Posted on 25 Nov 2009
Despite some signs that the economy is on the mend, a lack of confidence from consumers and companies alike may hamper job growth during the next few months, economists say.
Unlike this point last year, there are some indicators for optimism about the U.S. economy. The market seems to be on a rebound, with stock prices growing steadily since March. Meanwhile, the U.S. Gross Domestic Product, a broad indicator of the economy's strength, grew during the third quarter. It was the largest such growth since the summer of 2007.
However, the unemployment rate is staggering. The national rate hit 10.2 percent last month, the first time it has been double digits in more than 25 years.
The jobless rate increased in 29 states and the District of Columbia in October, according to a recent Labor Department survey. Thirteen states reported an unemployment rate above the current national rate.
There is also concern that the GDP growth is largely the result of the economic stimulus implemented by the federal government and other government initiatives like the "Cash for Clunkers" program for automobiles.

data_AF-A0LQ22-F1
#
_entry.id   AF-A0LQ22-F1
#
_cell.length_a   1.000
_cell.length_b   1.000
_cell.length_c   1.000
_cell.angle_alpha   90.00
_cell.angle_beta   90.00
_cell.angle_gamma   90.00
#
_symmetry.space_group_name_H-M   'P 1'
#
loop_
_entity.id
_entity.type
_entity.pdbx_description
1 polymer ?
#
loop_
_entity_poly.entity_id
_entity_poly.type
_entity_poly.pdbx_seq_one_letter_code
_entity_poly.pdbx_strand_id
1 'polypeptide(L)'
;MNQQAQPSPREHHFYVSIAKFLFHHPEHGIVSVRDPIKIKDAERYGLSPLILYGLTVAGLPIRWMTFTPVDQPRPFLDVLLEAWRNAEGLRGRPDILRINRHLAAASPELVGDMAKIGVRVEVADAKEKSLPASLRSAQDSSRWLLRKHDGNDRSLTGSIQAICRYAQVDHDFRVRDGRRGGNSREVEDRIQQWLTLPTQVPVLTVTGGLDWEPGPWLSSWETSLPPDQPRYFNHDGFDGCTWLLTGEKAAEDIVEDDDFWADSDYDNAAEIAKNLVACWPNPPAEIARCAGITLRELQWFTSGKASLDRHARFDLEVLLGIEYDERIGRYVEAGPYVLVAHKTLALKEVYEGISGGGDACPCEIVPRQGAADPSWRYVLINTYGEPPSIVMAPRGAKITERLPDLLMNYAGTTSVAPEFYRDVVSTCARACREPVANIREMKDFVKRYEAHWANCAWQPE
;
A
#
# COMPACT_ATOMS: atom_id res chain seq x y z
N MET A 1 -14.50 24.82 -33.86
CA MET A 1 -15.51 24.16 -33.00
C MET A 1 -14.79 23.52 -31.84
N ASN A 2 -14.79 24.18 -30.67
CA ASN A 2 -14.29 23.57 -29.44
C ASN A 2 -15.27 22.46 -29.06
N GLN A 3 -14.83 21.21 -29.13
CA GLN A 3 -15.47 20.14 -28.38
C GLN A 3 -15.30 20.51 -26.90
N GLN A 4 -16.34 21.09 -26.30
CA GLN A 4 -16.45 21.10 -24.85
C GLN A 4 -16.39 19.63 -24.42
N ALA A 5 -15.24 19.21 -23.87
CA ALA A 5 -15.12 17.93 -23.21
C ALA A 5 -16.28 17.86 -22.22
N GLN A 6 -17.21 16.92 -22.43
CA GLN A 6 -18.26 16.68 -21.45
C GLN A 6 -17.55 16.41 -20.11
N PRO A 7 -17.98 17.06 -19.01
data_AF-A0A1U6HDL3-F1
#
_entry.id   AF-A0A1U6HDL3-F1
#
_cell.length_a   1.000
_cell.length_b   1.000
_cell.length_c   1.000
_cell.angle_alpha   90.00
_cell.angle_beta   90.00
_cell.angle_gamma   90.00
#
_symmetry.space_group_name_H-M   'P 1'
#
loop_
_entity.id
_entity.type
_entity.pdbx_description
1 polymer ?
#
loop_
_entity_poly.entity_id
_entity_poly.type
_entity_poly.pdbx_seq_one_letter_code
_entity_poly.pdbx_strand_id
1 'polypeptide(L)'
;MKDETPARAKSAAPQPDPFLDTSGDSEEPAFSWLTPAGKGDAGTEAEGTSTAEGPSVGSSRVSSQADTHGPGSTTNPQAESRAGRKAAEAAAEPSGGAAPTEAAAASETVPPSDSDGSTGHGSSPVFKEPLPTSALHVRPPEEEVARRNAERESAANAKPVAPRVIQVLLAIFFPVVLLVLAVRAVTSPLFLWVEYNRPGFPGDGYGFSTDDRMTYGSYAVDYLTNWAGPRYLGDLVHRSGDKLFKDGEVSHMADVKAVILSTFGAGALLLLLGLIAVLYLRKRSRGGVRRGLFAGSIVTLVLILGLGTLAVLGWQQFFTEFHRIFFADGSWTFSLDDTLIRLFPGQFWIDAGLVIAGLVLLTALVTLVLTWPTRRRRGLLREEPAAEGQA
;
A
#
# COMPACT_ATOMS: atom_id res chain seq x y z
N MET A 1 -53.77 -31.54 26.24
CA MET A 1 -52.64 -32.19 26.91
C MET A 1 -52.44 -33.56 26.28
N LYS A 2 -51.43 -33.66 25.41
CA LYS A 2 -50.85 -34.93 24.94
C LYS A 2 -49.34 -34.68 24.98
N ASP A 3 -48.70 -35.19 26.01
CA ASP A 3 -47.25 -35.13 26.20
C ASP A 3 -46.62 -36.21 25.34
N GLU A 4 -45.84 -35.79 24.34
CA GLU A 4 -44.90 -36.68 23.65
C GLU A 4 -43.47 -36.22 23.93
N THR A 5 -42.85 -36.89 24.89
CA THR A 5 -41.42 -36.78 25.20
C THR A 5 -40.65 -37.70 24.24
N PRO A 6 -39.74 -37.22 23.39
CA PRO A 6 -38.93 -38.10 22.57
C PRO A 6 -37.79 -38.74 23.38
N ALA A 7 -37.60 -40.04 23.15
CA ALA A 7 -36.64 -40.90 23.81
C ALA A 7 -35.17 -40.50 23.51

Ben Bernanke, the Federal Reserve Chairman, said recently that economic conditions were better than they were a year ago, and a modest recovery was on the horizon.
Sounding a note of caution, he said: "Some important headwinds -- in particular, constrained bank lending and a weak job market -- will likely prevent the expansion from being as robust as we would hope."
Polls suggest many Americans are not confident about the economy.
"Some economic indicators may suggest that the economy has turned the corner -- but try telling that to the American people," said Keating Holland, CNN's polling director.
More than eight in 10 Americans say that economic conditions are in poor shape, according to a recent CNN/Opinion Research Corp. poll. Of that number, 43 percent described the conditions as "very poor."